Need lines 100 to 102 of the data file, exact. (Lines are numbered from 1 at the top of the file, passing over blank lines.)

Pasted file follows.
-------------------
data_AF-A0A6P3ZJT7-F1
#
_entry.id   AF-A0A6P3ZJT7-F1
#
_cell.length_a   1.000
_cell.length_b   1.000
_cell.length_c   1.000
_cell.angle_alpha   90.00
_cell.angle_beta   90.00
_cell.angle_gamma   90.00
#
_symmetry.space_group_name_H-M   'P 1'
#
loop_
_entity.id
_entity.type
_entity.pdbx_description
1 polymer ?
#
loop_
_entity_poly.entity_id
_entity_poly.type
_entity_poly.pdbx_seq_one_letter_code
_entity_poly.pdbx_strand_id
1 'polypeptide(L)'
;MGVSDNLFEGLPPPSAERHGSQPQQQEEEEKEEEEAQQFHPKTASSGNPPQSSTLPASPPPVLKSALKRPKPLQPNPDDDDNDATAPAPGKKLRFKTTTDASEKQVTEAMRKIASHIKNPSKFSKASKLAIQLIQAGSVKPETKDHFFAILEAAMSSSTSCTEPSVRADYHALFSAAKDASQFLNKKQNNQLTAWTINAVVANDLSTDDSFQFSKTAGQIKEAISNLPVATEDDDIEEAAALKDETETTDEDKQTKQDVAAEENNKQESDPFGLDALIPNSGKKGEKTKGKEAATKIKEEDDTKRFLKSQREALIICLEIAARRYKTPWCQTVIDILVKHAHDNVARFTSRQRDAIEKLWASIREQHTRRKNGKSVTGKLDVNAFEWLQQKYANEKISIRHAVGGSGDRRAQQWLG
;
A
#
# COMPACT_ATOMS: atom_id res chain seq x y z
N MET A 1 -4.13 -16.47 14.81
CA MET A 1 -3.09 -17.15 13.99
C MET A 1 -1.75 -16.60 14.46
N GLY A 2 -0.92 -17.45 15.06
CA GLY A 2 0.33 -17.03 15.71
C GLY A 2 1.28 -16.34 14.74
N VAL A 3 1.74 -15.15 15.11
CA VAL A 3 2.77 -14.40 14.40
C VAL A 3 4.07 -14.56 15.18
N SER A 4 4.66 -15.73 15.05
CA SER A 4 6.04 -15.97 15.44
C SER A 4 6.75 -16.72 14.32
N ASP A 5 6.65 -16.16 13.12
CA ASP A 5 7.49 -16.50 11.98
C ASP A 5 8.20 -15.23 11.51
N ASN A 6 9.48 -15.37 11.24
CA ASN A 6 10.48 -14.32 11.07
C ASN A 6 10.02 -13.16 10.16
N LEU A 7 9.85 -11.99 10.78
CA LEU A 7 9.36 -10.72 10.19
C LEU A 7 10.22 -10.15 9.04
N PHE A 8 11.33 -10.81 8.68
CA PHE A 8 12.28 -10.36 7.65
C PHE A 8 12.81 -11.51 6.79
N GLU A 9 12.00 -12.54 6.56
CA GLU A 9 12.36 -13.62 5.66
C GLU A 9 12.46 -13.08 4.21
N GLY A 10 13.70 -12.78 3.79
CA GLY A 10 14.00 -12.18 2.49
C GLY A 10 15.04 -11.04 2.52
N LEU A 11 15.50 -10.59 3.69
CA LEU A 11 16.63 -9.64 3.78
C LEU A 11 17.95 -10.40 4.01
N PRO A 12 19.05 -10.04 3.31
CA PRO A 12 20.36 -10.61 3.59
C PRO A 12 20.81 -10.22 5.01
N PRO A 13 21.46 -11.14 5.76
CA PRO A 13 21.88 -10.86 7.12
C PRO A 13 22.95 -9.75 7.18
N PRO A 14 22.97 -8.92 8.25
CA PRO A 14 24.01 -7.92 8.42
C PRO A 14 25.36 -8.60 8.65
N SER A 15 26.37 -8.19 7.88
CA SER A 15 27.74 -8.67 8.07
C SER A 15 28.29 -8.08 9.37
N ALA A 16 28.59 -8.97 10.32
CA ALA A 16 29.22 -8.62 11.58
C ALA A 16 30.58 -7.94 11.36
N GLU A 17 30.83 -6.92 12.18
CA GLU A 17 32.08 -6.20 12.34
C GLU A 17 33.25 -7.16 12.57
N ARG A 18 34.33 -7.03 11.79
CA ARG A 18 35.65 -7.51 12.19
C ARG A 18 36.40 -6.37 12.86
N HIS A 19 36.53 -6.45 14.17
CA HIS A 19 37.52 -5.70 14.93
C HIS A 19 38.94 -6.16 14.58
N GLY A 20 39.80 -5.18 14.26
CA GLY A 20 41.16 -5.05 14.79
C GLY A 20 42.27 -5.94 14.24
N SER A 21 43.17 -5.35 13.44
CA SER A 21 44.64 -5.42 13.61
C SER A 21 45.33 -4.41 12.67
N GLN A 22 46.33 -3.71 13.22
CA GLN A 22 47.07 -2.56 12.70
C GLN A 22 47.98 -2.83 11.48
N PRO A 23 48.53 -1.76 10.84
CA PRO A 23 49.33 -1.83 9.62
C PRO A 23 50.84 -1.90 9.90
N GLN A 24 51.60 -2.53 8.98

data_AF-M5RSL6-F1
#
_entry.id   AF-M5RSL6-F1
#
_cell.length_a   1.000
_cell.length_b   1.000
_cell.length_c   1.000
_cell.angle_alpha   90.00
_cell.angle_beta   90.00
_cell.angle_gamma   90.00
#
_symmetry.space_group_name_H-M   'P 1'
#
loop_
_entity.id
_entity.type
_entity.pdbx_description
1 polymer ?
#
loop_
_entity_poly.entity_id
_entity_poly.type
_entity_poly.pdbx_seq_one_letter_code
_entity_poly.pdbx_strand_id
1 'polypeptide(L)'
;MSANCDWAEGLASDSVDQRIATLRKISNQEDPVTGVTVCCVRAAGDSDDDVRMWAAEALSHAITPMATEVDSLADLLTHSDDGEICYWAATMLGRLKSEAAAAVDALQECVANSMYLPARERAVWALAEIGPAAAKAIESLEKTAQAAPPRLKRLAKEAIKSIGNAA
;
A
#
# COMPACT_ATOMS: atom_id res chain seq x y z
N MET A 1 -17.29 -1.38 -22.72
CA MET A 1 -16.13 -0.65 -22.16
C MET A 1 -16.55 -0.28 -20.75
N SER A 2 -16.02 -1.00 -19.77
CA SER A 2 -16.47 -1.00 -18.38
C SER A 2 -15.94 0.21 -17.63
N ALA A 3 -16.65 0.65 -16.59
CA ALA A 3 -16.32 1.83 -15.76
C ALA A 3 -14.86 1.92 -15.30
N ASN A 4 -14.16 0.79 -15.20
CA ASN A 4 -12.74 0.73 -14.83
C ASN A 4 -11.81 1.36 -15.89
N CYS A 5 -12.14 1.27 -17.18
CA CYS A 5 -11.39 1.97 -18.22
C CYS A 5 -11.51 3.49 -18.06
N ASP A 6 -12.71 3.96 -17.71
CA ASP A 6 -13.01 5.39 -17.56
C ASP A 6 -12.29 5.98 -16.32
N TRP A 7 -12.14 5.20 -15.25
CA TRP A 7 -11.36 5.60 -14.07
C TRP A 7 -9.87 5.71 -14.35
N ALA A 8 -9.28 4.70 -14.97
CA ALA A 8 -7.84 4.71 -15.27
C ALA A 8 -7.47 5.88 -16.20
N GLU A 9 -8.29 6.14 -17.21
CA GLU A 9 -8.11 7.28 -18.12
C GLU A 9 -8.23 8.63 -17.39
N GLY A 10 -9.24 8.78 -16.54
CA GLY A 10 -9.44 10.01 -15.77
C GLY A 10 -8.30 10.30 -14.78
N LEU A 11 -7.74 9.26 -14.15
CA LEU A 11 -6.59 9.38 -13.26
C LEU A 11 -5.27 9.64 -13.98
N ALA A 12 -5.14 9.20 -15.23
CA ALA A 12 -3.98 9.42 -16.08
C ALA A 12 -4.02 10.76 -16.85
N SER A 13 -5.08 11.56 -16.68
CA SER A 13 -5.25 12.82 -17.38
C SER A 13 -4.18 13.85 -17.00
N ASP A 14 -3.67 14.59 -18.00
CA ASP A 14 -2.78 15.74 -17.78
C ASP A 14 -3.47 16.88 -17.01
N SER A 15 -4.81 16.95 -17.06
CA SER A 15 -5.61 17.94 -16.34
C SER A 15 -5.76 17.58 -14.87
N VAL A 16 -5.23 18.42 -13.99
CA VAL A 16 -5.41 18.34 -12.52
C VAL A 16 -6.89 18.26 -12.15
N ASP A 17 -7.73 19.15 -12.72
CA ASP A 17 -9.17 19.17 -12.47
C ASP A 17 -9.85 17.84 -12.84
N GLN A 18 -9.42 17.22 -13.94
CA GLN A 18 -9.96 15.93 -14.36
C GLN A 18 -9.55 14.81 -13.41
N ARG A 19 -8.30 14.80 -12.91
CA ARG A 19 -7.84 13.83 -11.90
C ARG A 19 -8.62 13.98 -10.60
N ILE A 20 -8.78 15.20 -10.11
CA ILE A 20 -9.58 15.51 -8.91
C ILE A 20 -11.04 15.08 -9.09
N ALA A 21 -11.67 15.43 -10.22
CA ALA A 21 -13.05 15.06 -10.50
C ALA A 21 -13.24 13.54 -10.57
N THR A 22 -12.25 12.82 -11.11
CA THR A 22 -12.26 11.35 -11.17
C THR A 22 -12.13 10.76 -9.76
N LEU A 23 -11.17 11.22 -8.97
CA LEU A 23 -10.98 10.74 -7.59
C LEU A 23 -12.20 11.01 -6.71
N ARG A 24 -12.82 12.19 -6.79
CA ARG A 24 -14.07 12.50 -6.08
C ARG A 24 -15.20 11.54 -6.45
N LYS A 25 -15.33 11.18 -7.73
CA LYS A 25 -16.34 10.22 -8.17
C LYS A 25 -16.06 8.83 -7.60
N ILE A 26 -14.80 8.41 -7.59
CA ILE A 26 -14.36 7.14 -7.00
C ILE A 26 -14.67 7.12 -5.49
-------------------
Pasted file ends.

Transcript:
N GLN A 24 51.60 -2.53 8.98

data_AF-M5RSL6-F1
#